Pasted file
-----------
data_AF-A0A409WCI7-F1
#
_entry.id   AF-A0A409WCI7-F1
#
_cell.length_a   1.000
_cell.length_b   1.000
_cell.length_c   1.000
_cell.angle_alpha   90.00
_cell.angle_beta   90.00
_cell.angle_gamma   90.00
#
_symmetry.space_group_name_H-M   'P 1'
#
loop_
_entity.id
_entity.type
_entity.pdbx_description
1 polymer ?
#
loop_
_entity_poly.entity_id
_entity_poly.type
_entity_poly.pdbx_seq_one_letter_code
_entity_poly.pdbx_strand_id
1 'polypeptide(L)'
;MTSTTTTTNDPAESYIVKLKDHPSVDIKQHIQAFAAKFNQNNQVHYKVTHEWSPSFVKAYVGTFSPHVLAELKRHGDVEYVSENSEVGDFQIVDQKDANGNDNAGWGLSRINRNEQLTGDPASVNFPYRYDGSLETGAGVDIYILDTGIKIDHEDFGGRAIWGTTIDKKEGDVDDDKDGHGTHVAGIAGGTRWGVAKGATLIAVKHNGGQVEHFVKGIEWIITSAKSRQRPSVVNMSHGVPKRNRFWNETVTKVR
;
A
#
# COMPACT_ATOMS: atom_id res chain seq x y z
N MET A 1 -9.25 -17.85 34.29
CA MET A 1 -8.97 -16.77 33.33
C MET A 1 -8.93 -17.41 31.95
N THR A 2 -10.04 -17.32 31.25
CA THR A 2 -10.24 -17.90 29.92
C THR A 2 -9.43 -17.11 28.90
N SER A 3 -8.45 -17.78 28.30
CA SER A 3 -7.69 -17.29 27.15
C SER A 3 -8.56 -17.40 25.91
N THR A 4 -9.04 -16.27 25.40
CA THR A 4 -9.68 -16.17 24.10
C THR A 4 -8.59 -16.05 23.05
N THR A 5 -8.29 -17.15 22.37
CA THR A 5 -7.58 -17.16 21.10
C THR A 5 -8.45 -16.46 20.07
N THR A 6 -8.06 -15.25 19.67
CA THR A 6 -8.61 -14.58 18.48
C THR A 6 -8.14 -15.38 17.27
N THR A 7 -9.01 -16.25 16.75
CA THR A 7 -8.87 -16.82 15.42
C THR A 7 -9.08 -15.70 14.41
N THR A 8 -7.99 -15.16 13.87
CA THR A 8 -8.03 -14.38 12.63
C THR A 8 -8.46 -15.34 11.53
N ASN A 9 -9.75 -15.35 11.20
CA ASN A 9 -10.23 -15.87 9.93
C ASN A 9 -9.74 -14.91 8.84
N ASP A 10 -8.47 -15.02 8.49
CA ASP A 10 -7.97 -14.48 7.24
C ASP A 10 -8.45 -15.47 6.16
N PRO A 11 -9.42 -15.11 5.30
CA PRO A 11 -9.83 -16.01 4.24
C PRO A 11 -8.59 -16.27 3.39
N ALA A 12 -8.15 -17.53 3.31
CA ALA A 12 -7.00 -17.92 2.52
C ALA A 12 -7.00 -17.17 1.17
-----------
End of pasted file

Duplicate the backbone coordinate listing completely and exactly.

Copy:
data_AF-A0A409WCI7-F1
#
_entry.id   AF-A0A409WCI7-F1
#
_cell.length_a   1.000
_cell.length_b   1.000
_cell.length_c   1.000
_cell.angle_alpha   90.00
_cell.angle_beta   90.00
_cell.angle_gamma   90.00
#
_symmetry.space_group_name_H-M   'P 1'
#
loop_
_entity.id
_entity.type
_entity.pdbx_description
1 polymer ?
#
loop_
_entity_poly.entity_id
_entity_poly.type
_entity_poly.pdbx_seq_one_letter_code
_entity_poly.pdbx_strand_id
1 'polypeptide(L)'
;MTSTTTTTNDPAESYIVKLKDHPSVDIKQHIQAFAAKFNQNNQVHYKVTHEWSPSFVKAYVGTFSPHVLAELKRHGDVEYVSENSEVGDFQIVDQKDANGNDNAGWGLSRINRNEQLTGDPASVNFPYRYDGSLETGAGVDIYILDTGIKIDHEDFGGRAIWGTTIDKKEGDVDDDKDGHGTHVAGIAGGTRWGVAKGATLIAVKHNGGQVEHFVKGIEWIITSAKSRQRPSVVNMSHGVPKRNRFWNETVTKVR
;
A
#
# COMPACT_ATOMS: atom_id res chain seq x y z
N MET A 1 -9.25 -17.85 34.29
CA MET A 1 -8.97 -16.77 33.33
C MET A 1 -8.93 -17.41 31.95
N THR A 2 -10.04 -17.32 31.25
CA THR A 2 -10.24 -17.90 29.92
C THR A 2 -9.43 -17.11 28.90
N SER A 3 -8.45 -17.78 28.30
CA SER A 3 -7.69 -17.29 27.15
C SER A 3 -8.56 -17.40 25.91
N THR A 4 -9.04 -16.27 25.40
CA THR A 4 -9.68 -16.17 24.10
C THR A 4 -8.59 -16.05 23.05
N THR A 5 -8.29 -17.15 22.37
CA THR A 5 -7.58 -17.16 21.10
C THR A 5 -8.45 -16.46 20.07
N THR A 6 -8.06 -15.25 19.67
CA THR A 6 -8.61 -14.58 18.48
C THR A 6 -8.14 -15.38 17.27
N THR A 7 -9.01 -16.25 16.75
CA THR A 7 -8.87 -16.82 15.42
C THR A 7 -9.08 -15.70 14.41
N THR A 8 -7.99 -15.16 13.87
CA THR A 8 -8.03 -14.38 12.63
C THR A 8 -8.46 -15.34 11.53
N ASN A 9 -9.75 -15.35 11.20
CA ASN A 9 -10.23 -15.87 9.93
C ASN A 9 -9.74 -14.91 8.84
N ASP A 10 -8.47 -15.02 8.49
CA ASP A 10 -7.97 -14.48 7.24
C ASP A 10 -8.45 -15.47 6.16
N PRO A 11 -9.42 -15.11 5.30
CA PRO A 11 -9.83 -16.01 4.24
C PRO A 11 -8.59 -16.27 3.39
N ALA A 12 -8.15 -17.53 3.31
CA ALA A 12 -7.00 -17.92 2.52
C ALA A 12 -7.00 -17.17 1.17